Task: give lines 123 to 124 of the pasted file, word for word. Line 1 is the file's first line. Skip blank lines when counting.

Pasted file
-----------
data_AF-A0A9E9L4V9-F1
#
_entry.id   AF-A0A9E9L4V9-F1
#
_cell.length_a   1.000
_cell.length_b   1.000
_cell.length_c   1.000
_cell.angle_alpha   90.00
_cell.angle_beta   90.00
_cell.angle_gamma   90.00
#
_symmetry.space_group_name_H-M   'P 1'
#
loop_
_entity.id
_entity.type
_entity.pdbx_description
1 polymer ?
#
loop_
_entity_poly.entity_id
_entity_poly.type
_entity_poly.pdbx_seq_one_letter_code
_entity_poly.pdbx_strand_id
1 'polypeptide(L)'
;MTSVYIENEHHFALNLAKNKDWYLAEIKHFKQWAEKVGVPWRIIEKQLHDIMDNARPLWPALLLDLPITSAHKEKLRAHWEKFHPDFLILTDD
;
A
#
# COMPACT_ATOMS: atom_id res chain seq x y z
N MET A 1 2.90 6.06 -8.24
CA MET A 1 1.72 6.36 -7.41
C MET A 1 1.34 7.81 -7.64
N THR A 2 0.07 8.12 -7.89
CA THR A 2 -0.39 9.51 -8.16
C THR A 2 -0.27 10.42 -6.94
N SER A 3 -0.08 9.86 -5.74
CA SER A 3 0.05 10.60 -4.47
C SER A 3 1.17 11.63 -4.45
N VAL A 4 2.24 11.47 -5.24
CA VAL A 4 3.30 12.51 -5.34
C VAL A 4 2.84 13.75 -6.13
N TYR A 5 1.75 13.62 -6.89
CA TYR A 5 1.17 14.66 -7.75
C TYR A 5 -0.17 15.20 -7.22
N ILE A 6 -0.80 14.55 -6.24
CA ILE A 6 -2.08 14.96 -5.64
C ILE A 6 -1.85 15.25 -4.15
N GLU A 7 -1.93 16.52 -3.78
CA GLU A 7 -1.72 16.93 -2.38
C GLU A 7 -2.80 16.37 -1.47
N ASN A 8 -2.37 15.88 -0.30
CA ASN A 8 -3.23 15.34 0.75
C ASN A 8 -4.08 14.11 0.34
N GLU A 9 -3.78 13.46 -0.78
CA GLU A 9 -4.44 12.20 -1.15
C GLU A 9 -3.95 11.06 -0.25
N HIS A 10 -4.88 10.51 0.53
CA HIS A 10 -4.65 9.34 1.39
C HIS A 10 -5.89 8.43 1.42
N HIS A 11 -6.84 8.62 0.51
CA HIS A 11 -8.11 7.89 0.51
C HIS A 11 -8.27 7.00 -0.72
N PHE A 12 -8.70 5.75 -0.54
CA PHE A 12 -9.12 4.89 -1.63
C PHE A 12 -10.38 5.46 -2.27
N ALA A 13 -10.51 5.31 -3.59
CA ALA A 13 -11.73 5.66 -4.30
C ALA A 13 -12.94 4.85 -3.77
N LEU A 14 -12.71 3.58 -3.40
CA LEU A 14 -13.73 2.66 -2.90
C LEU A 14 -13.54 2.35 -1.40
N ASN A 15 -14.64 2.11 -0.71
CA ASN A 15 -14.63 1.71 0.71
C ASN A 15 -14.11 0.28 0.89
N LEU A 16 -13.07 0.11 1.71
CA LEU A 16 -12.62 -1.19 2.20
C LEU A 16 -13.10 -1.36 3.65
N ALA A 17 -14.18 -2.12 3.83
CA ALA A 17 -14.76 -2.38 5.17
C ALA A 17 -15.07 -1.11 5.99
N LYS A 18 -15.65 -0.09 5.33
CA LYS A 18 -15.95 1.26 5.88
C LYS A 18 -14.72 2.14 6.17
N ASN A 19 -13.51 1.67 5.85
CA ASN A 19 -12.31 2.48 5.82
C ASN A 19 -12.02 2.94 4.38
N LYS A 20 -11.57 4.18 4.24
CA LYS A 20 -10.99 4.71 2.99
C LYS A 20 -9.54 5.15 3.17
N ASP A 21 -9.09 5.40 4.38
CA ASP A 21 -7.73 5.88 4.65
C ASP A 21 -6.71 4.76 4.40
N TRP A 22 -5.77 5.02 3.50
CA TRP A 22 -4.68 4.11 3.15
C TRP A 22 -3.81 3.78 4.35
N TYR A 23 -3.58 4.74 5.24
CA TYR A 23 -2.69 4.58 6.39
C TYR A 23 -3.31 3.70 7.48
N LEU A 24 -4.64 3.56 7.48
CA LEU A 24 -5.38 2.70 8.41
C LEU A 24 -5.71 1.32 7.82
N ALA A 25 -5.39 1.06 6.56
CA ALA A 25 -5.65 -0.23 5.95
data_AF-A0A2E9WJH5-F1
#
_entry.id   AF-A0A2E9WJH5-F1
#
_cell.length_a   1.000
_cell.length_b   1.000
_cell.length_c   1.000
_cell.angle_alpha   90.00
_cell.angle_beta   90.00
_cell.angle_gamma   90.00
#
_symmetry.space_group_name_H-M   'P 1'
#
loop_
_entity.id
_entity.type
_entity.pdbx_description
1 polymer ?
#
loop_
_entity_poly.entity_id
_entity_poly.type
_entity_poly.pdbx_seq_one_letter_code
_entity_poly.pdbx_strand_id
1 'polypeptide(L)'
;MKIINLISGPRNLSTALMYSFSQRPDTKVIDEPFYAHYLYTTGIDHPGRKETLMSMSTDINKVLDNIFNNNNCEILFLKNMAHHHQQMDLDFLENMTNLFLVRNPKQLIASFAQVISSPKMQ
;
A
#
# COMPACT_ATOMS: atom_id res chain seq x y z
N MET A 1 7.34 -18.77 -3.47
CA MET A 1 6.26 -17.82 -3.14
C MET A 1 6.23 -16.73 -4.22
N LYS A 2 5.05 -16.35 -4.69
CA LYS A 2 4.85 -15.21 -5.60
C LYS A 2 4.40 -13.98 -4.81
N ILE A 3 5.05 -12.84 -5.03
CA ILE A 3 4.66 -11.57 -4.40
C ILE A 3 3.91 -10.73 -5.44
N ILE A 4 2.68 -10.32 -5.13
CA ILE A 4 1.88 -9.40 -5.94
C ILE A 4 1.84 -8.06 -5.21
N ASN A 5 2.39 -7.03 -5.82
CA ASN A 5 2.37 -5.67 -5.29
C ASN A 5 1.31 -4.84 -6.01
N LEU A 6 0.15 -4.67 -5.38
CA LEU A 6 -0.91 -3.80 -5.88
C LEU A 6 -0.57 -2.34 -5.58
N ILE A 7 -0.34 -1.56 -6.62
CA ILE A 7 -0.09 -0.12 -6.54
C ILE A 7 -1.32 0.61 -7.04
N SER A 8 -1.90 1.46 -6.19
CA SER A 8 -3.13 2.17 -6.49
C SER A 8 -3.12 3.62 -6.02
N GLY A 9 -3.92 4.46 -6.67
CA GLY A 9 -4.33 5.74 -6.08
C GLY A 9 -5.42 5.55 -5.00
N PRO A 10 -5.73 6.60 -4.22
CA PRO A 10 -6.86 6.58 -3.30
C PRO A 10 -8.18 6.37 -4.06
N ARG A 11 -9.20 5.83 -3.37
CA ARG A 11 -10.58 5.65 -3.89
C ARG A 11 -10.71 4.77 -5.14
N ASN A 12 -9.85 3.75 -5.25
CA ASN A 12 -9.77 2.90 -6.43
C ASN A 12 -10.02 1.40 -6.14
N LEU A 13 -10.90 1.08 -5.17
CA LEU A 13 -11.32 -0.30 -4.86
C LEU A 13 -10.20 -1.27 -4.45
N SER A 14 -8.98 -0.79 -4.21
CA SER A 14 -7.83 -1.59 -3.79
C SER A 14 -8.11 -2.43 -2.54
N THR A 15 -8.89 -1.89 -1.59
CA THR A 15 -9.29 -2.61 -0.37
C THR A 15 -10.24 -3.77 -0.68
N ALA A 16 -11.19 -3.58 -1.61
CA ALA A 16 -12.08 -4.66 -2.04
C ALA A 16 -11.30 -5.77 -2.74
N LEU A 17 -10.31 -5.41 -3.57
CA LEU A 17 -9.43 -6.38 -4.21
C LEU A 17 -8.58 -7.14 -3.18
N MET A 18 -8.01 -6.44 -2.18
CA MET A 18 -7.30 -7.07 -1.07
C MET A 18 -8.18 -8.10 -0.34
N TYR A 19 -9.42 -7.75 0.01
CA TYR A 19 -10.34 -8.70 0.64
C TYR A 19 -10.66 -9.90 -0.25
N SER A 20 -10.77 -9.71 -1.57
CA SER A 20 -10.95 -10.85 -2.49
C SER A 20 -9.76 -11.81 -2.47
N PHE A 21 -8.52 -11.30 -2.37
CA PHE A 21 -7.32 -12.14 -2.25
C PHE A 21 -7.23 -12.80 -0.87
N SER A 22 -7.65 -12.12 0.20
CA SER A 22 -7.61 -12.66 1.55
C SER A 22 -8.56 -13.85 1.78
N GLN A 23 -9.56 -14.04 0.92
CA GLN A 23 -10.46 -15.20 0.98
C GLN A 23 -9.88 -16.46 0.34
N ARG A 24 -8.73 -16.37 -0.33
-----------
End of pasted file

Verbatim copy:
#
loop_